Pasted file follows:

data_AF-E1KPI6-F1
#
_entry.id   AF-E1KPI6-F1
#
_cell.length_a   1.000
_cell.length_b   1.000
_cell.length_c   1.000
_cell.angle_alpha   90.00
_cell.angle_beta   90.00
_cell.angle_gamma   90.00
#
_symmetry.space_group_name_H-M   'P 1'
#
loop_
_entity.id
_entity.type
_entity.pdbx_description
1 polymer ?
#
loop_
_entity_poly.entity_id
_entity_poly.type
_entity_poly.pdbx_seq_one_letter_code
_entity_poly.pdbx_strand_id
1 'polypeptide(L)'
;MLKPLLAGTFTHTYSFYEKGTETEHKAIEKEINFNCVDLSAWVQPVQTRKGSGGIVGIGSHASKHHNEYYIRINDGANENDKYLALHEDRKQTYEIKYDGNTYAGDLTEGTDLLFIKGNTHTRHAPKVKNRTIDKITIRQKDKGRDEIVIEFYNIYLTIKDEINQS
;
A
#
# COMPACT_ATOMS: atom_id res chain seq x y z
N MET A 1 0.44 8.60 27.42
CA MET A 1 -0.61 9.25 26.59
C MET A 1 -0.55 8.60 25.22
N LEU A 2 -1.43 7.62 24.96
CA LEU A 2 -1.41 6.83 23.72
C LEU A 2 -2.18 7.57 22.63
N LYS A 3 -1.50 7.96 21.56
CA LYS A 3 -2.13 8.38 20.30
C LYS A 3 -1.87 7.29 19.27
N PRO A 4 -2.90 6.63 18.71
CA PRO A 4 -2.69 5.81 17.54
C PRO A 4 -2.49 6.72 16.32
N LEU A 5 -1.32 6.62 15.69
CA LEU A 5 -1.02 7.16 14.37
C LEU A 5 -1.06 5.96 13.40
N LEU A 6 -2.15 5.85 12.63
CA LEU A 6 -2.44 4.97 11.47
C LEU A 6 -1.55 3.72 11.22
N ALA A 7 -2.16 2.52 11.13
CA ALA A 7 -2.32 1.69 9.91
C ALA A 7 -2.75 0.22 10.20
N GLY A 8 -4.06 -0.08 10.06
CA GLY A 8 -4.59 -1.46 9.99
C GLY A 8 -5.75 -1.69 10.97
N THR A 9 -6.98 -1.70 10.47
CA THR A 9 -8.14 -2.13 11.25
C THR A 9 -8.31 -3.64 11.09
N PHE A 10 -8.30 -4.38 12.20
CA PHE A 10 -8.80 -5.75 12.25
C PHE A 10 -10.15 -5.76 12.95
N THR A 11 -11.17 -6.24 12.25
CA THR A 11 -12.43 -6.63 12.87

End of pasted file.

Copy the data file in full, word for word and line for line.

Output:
data_AF-E1KPI6-F1
#
_entry.id   AF-E1KPI6-F1
#
_cell.length_a   1.000
_cell.length_b   1.000
_cell.length_c   1.000
_cell.angle_alpha   90.00
_cell.angle_beta   90.00
_cell.angle_gamma   90.00
#
_symmetry.space_group_name_H-M   'P 1'
#
loop_
_entity.id
_entity.type
_entity.pdbx_description
1 polymer ?
#
loop_
_entity_poly.entity_id
_entity_poly.type
_entity_poly.pdbx_seq_one_letter_code
_entity_poly.pdbx_strand_id
1 'polypeptide(L)'
;MLKPLLAGTFTHTYSFYEKGTETEHKAIEKEINFNCVDLSAWVQPVQTRKGSGGIVGIGSHASKHHNEYYIRINDGANENDKYLALHEDRKQTYEIKYDGNTYAGDLTEGTDLLFIKGNTHTRHAPKVKNRTIDKITIRQKDKGRDEIVIEFYNIYLTIKDEINQS
;
A
#
# COMPACT_ATOMS: atom_id res chain seq x y z
N MET A 1 0.44 8.60 27.42
CA MET A 1 -0.61 9.25 26.59
C MET A 1 -0.55 8.60 25.22
N LEU A 2 -1.43 7.62 24.96
CA LEU A 2 -1.41 6.83 23.72
C LEU A 2 -2.18 7.57 22.63
N LYS A 3 -1.50 7.96 21.56
CA LYS A 3 -2.13 8.38 20.30
C LYS A 3 -1.87 7.29 19.27
N PRO A 4 -2.90 6.63 18.71
CA PRO A 4 -2.69 5.81 17.54
C PRO A 4 -2.49 6.72 16.32
N LEU A 5 -1.32 6.62 15.69
CA LEU A 5 -1.02 7.16 14.37
C LEU A 5 -1.06 5.96 13.40
N LEU A 6 -2.15 5.85 12.63
CA LEU A 6 -2.44 4.97 11.47
C LEU A 6 -1.55 3.72 11.22
N ALA A 7 -2.16 2.52 11.13
CA ALA A 7 -2.32 1.69 9.91
C ALA A 7 -2.75 0.22 10.20
N GLY A 8 -4.06 -0.08 10.06
CA GLY A 8 -4.59 -1.46 9.99
C GLY A 8 -5.75 -1.69 10.97
N THR A 9 -6.98 -1.70 10.47
CA THR A 9 -8.14 -2.13 11.25
C THR A 9 -8.31 -3.64 11.09
N PHE A 10 -8.30 -4.38 12.20
CA PHE A 10 -8.80 -5.75 12.25
C PHE A 10 -10.15 -5.76 12.95
N THR A 11 -11.17 -6.24 12.25
CA THR A 11 -12.43 -6.63 12.87